The NBA Eastern Conference Finals can be summarized simply. “It was the best of times, it was the worst of times, it was the age of wisdom, it was the age of foolishness, it was the epoch of belief, it was the epoch of incredulity, it was the season of Light, it was the season of Darkness.”
Other than showing off my Madison North education, this Charles Dickens quote from “A Tale of Two Cities”, perfectly illustrates the precarious nature of being a Cleveland sports fan. In particular a Cleveland Cavaliers fan.
As the Golden State Warriors secure their entry to the NBA finals by sweeping the undermanned San Antonio Spurs, the Cavaliers are now facing a game four against a rejuvenated Boston Celtics squad. The Celtics obviously did not appreciate the way they were humiliated in game two of the NBA Eastern Conference finals and fought back in the way any basketball fan would have hoped they would. In doing so they may have illuminated a few things about the Cavaliers, both good and bad.
Though Cleveland is a more than solid defensive team, on the whole they aren’t the youngest, most athletic bunch in the league. When forced to chase, Kevin Love, Channing Frye, Kyle Korver, and Richard Jefferson may not have the wheels to do so anymore.
Reliance on LeBron James and Momentum
It is very easy to feel good about yourself playing alongside the best player on the globe. James covers a multitude of sins and allows his teammates to play to their strengths. If your job is to stand in the corner and knock down open 3’s, and play help defense, nice work if you can get it. And as we witnessed in game two of the NBA Eastern Conference Finals, when the tidal wave comes, grab a surfboard because the entire team rode that wave. But in game three, when the Cavaliers had to grind a bit, and LeBron wasn’t quite his best, it became a bit more disjointed. Does Kyrie Irving takeover? Who is the facilitator? Who is going to make the important stop?
Still Very Good
At this point the standard is not the Boston Celtics. The standard is last year’s championship team and this year’s Golden State Warriors. The Warriors have already clinched, finalized travel plans, been to the barbershop, and are waiting and frothing at the mouth awaiting the chance to avenge last season’s thwarted repeat. This year’s model of the Cleveland Cavaliers may not have assisted parking, but it is still loaded. The in-season additions of Kyle Korver and Deron Williams have only helped. Tristan Thompson is doing a Rich Little caliber impression of Anderson Varejao. And, at no time do they have fewer than three capable three point shooters on the floor at a time. Oh, and lest we forget, King James is still lurking about.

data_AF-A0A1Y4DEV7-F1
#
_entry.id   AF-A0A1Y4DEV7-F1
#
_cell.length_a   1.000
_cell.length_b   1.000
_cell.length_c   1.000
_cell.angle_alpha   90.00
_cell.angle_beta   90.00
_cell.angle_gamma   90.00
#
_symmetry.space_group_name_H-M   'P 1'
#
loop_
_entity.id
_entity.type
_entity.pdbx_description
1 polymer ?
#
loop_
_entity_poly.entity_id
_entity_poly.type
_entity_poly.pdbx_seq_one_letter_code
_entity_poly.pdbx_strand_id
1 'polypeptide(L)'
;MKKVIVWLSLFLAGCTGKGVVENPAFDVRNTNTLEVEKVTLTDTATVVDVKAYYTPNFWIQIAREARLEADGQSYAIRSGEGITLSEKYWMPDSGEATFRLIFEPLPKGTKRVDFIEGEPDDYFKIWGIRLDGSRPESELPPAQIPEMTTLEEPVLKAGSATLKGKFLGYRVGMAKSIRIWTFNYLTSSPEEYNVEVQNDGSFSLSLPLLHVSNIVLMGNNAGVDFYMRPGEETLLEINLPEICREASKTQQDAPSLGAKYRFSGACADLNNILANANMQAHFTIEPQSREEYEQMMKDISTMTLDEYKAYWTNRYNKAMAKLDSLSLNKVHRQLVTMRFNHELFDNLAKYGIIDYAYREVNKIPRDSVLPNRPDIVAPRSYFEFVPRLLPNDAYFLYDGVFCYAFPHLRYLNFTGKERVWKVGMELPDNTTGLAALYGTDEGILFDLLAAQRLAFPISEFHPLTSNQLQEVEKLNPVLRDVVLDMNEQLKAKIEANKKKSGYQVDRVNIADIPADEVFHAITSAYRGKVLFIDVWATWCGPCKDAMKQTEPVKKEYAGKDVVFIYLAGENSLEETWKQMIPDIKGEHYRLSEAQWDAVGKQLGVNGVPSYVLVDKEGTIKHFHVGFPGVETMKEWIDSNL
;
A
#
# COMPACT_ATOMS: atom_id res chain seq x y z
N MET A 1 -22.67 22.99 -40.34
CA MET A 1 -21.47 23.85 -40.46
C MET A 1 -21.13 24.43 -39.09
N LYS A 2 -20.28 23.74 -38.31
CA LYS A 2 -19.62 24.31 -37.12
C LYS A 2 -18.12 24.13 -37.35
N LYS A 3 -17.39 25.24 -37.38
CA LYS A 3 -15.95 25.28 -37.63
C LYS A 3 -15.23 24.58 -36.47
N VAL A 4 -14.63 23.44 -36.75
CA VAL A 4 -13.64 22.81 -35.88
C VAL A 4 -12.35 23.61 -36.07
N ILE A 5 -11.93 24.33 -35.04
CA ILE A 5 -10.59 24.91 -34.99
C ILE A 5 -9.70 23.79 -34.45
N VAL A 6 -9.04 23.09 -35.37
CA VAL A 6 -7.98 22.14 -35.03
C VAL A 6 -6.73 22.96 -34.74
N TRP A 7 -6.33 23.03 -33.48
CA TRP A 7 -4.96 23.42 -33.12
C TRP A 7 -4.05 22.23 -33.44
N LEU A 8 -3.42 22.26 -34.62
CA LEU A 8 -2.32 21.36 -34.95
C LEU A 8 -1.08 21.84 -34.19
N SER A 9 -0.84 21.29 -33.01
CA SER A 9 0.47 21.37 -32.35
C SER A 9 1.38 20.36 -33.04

Boston Celtics Outlook
Much brighter than it was after game two of the NBA Eastern Conference finals. That’s not to say they are going to win the series, but going to Cleveland, after being woodshedded at home, and stealing a game, speaks volumes about their character and their coach, Brad Stevens. It’s especially impressive considering it was all done without their best player, Isaiah Thomas. Going back to the days of Nate “Tiny” Archibald leading the league in both scoring and assists with the Kansas City/Omaha Royals in 1972-1973, and this season with Russell Westbrook and James Harden, when a team’s point guard dominates the ball the rest of the team either feeds off of him or stands around and watches. Remove said point guard from the equation and they’re playing an entirely different brand of ball. Maybe Boston has it figured out.
Cleveland Cavaliers Outlook
Remember when the Cleveland Indians were trouncing the Cubs in the World Series? Remember when Al-Queda caused a rain delay just as we were getting ready to win the World Series? Don’t sweat it folks, just a little drama that should restore your faith in the integrity, talent, and desire of NBA players. The Celtics could have mailed it in. They most definitely did not. However, as long as LeBron James is playing in the NBA Eastern Conference finals, the Cavaliers will prevail.
17 December 2015: Cleveland Cavaliers Forward LeBron James (23) during the game between the Oklahoma City Thunder and the Cleveland Cavaliers at Quicken Loans Arena in Cleveland, Oh. (Photo by Mark Alberti/ Icon Sportswire) (Photo by Mark Alberti/Icon Sportswire/Corbis via Getty Images)